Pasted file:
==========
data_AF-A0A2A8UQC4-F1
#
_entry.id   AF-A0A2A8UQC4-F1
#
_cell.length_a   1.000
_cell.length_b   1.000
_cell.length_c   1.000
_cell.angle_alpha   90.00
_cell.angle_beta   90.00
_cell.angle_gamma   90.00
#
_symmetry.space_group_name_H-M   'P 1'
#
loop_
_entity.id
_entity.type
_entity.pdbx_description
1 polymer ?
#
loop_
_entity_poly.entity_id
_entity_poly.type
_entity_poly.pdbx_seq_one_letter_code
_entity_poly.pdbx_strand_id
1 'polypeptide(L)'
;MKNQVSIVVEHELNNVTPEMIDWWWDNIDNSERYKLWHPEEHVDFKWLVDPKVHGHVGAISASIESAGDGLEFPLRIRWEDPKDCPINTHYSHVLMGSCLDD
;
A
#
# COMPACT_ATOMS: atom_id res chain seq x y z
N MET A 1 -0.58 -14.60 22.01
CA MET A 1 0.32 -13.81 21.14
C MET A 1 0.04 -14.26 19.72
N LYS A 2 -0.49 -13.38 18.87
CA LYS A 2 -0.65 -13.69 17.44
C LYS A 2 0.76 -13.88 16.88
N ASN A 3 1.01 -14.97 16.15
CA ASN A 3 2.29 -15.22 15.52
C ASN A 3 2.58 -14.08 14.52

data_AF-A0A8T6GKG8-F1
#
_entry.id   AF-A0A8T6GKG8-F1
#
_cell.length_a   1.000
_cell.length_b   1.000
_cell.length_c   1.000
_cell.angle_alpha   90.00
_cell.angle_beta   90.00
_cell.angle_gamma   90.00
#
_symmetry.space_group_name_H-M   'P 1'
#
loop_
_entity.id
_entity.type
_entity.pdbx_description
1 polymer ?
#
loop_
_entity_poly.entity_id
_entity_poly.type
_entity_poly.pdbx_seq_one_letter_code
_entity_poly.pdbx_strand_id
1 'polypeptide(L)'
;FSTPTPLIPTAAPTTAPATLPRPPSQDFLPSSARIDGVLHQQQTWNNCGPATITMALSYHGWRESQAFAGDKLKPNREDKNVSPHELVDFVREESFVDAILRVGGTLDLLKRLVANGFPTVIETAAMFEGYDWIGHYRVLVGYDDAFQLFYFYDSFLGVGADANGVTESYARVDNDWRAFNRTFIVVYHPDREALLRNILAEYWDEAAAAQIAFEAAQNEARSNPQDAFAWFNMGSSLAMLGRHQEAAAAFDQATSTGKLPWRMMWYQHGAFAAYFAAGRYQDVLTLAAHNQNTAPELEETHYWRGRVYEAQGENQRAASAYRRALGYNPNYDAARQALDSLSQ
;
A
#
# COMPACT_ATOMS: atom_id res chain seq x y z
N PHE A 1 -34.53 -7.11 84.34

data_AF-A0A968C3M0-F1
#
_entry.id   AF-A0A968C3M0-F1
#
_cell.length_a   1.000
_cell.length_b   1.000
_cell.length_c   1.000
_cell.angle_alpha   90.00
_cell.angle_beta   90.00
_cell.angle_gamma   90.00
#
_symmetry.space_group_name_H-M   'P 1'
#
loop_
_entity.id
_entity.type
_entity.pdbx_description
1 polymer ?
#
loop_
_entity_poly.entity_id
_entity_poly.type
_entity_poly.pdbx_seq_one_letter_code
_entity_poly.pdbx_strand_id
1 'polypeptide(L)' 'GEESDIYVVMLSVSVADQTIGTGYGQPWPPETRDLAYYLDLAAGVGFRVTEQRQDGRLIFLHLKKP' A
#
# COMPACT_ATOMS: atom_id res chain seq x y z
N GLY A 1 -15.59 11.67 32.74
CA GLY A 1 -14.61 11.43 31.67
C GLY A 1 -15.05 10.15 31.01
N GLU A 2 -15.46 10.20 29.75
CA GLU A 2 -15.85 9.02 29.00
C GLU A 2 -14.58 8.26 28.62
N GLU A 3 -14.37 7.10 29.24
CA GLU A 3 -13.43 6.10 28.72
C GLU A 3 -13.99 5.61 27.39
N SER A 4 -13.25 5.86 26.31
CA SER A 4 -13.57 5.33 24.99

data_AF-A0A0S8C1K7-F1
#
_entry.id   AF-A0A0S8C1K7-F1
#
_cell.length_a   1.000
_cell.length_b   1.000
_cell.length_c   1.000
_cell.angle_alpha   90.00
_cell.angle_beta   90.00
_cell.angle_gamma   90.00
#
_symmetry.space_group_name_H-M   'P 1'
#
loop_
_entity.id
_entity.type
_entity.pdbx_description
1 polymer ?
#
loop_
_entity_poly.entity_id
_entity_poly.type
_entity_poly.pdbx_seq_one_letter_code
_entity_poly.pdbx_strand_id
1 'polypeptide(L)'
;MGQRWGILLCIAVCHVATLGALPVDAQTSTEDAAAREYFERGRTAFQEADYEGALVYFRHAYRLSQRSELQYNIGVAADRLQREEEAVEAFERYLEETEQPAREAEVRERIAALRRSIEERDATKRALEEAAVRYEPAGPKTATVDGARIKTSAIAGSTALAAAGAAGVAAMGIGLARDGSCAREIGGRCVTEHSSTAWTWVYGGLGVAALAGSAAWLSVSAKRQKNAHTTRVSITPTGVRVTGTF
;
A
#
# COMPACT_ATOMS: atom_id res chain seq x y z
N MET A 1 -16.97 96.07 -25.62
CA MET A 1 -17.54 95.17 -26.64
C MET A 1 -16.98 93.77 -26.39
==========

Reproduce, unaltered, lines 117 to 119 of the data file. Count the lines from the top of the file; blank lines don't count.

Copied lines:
_cell.angle_beta   90.00
_cell.angle_gamma   90.00
#